The General (retd.) claims that his intentions have been thoroughly noble and conceived in the goodness of his heart and mind – “Pakistan First” has been his symbolic patriotic slogan.
A phrase attributed to an anonymous writer warns: “Remember, people will judge you by your actions, not your intentions. You may have a heart of gold, but so does a hardboiled egg.”
Albert Camus, the world renowned Algerian-French writer, extensively wrote on the French oppression of the Algerian populous. “The evil that is in the world almost always comes of ignorance, and good intentions may do as much harm as malevolence if they lack understanding.”
On one hand, Vladimir Lenin combined ideological intentions with full-scale political actions by granting independence to Finland in appreciation of their national sentiments at the time of Bolshevik Revolution, without a bullet fired or a Finish citizen killed.
Americans, on the other hand, nearly obliterated by force an entire civilization and population of native American Indians – in pursuit of American national objectives. Ironically, the similar ideology of “the clash of civilizations” is at play in the contemporary political situation focusing on the premise: “accept Westernization or perish.”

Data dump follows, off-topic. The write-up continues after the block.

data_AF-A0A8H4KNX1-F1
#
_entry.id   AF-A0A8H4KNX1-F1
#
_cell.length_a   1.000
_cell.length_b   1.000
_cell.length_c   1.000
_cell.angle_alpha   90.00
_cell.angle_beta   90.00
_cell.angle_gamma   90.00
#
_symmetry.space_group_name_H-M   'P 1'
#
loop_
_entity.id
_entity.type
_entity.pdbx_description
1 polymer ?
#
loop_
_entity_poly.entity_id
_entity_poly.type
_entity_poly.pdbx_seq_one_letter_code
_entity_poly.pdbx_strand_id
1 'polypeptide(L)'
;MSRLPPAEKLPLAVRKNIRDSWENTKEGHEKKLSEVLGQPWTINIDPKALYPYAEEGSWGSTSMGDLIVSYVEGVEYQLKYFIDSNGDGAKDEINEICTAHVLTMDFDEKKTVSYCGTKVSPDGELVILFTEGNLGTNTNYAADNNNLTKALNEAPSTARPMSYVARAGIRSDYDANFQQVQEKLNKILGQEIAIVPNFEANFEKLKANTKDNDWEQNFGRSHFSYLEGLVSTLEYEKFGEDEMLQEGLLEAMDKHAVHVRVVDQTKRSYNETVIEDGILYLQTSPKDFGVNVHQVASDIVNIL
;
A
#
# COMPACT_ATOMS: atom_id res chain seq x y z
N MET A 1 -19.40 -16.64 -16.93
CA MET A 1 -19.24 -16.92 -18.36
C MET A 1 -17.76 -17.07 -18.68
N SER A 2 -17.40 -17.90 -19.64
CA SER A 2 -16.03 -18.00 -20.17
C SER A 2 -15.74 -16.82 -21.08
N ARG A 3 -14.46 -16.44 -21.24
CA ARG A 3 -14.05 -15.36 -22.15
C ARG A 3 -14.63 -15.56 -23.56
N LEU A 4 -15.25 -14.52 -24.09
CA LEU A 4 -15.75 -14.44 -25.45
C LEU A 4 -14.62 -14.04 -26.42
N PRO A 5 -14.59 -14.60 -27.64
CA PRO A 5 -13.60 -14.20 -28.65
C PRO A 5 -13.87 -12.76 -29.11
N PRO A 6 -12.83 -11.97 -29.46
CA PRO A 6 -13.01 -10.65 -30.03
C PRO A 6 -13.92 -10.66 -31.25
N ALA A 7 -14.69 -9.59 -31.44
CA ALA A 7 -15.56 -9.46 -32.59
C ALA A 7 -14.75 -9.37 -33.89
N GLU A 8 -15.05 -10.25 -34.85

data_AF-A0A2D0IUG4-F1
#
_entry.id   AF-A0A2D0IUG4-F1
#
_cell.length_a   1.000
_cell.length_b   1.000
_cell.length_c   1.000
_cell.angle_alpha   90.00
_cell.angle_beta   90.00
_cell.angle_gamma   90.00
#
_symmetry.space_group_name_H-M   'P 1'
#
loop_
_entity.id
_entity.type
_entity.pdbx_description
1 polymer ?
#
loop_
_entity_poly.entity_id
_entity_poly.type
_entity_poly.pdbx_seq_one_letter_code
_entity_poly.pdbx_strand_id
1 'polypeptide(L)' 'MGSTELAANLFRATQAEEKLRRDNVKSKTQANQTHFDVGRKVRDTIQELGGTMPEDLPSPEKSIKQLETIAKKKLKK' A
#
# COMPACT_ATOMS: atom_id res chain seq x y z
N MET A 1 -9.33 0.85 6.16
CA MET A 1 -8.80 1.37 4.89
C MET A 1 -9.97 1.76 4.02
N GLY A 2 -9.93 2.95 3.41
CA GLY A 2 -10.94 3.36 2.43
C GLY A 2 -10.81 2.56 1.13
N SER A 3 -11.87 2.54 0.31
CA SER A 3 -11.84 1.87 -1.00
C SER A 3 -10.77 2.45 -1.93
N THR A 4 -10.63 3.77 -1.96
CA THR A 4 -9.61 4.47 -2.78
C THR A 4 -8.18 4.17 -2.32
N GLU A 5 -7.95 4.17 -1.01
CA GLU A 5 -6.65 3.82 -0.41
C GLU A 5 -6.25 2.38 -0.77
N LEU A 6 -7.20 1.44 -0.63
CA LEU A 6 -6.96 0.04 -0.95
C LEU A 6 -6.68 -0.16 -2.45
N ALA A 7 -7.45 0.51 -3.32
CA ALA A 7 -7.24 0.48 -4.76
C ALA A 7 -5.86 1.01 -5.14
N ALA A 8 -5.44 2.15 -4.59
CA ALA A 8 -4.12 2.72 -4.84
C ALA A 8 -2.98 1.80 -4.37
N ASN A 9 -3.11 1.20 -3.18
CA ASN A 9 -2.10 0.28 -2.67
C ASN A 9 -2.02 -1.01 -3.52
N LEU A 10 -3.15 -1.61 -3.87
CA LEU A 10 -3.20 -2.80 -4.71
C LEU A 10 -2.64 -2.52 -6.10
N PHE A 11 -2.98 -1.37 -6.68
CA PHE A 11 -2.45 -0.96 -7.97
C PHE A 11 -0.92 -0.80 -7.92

There are lessons for the General (retd.) to learn in all of these historical events. Indeed, history is made of actions and not intentions – the General’s political actions have caused permanent and irreparable damage to the national edifice to an extent that it seems most appropriate for him to take an exit from the politics of the country. That would be an honorable course of action now.
I rest my case. The entire nation has to be the jury – in the end, it is the people of Pakistan who will be the judge.
Hold your breath – you may be in for surprises either way…!
The Nation, January 15, 2008